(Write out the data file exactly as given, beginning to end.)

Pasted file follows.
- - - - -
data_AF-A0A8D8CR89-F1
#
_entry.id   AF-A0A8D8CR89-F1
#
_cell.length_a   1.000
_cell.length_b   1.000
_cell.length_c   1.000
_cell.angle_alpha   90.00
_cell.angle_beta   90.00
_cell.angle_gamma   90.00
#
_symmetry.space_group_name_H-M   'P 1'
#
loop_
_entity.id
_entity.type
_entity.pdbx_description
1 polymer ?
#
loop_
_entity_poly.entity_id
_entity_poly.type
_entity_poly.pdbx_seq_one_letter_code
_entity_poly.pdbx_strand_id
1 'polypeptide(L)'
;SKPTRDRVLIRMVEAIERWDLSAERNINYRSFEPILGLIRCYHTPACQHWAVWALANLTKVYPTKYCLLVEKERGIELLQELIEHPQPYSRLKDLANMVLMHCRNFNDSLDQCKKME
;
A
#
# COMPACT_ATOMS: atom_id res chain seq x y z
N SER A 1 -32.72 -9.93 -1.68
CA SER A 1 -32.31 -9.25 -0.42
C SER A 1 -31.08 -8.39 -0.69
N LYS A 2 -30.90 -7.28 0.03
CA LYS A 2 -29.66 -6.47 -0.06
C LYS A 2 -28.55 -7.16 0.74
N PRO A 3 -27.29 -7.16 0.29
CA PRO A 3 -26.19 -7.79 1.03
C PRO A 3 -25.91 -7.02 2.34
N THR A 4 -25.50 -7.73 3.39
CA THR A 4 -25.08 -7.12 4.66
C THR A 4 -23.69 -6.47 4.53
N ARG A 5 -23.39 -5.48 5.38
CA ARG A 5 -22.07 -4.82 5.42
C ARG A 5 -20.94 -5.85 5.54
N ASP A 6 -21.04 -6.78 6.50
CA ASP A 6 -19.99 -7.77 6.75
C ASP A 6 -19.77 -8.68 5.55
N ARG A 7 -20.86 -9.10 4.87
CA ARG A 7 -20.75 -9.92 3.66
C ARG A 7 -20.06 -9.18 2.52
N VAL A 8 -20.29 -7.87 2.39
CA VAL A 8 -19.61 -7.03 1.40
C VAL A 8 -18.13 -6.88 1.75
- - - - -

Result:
data_AF-A0A8D8CR89-F1
#
_entry.id   AF-A0A8D8CR89-F1
#
_cell.length_a   1.000
_cell.length_b   1.000
_cell.length_c   1.000
_cell.angle_alpha   90.00
_cell.angle_beta   90.00
_cell.angle_gamma   90.00
#
_symmetry.space_group_name_H-M   'P 1'
#
loop_
_entity.id
_entity.type
_entity.pdbx_description
1 polymer ?
#
loop_
_entity_poly.entity_id
_entity_poly.type
_entity_poly.pdbx_seq_one_letter_code
_entity_poly.pdbx_strand_id
1 'polypeptide(L)'
;SKPTRDRVLIRMVEAIERWDLSAERNINYRSFEPILGLIRCYHTPACQHWAVWALANLTKVYPTKYCLLVEKERGIELLQELIEHPQPYSRLKDLANMVLMHCRNFNDSLDQCKKME
;
A
#
# COMPACT_ATOMS: atom_id res chain seq x y z
N SER A 1 -32.72 -9.93 -1.68
CA SER A 1 -32.31 -9.25 -0.42
C SER A 1 -31.08 -8.39 -0.69
N LYS A 2 -30.90 -7.28 0.03
CA LYS A 2 -29.66 -6.47 -0.06
C LYS A 2 -28.55 -7.16 0.74
N PRO A 3 -27.29 -7.16 0.29
CA PRO A 3 -26.19 -7.79 1.03
C PRO A 3 -25.91 -7.02 2.34
N THR A 4 -25.50 -7.73 3.39
CA THR A 4 -25.08 -7.12 4.66
C THR A 4 -23.69 -6.47 4.53
N ARG A 5 -23.39 -5.48 5.38
CA ARG A 5 -22.07 -4.82 5.42
C ARG A 5 -20.94 -5.85 5.54
N ASP A 6 -21.04 -6.78 6.50
CA ASP A 6 -19.99 -7.77 6.75
C ASP A 6 -19.77 -8.68 5.55
N ARG A 7 -20.86 -9.10 4.87
CA ARG A 7 -20.75 -9.92 3.66
C ARG A 7 -20.06 -9.18 2.52
N VAL A 8 -20.29 -7.87 2.39
CA VAL A 8 -19.61 -7.03 1.40
C VAL A 8 -18.13 -6.88 1.75